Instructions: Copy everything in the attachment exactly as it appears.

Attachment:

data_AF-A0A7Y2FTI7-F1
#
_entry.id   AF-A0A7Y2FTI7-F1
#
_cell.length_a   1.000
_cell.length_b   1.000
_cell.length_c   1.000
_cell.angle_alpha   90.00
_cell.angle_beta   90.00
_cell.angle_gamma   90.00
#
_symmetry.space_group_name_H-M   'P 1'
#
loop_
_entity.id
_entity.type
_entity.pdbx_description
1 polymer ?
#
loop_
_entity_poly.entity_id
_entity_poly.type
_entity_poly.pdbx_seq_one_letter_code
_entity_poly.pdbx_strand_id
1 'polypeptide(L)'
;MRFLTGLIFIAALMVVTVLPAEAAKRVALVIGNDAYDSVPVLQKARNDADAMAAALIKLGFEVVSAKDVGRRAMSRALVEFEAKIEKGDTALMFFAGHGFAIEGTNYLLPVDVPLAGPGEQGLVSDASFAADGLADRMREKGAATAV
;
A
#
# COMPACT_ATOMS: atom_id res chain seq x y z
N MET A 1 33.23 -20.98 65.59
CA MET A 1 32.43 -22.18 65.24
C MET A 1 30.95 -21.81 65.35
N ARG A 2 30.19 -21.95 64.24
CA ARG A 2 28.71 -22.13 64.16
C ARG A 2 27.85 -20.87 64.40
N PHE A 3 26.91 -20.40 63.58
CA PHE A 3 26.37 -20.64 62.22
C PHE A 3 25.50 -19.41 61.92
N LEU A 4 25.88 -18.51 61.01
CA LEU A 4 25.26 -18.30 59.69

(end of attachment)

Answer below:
data_AF-A0A7Y2FTI7-F1
#
_entry.id   AF-A0A7Y2FTI7-F1
#
_cell.length_a   1.000
_cell.length_b   1.000
_cell.length_c   1.000
_cell.angle_alpha   90.00
_cell.angle_beta   90.00
_cell.angle_gamma   90.00
#
_symmetry.space_group_name_H-M   'P 1'
#
loop_
_entity.id
_entity.type
_entity.pdbx_description
1 polymer ?
#
loop_
_entity_poly.entity_id
_entity_poly.type
_entity_poly.pdbx_seq_one_letter_code
_entity_poly.pdbx_strand_id
1 'polypeptide(L)'
;MRFLTGLIFIAALMVVTVLPAEAAKRVALVIGNDAYDSVPVLQKARNDADAMAAALIKLGFEVVSAKDVGRRAMSRALVEFEAKIEKGDTALMFFAGHGFAIEGTNYLLPVDVPLAGPGEQGLVSDASFAADGLADRMREKGAATAV
;
A
#
# COMPACT_ATOMS: atom_id res chain seq x y z
N MET A 1 33.23 -20.98 65.59
CA MET A 1 32.43 -22.18 65.24
C MET A 1 30.95 -21.81 65.35
N ARG A 2 30.19 -21.95 64.24
CA ARG A 2 28.71 -22.13 64.16
C ARG A 2 27.85 -20.87 64.40
N PHE A 3 26.91 -20.40 63.58
CA PHE A 3 26.37 -20.64 62.22
C PHE A 3 25.50 -19.41 61.92
N LEU A 4 25.88 -18.51 61.01
CA LEU A 4 25.26 -18.30 59.69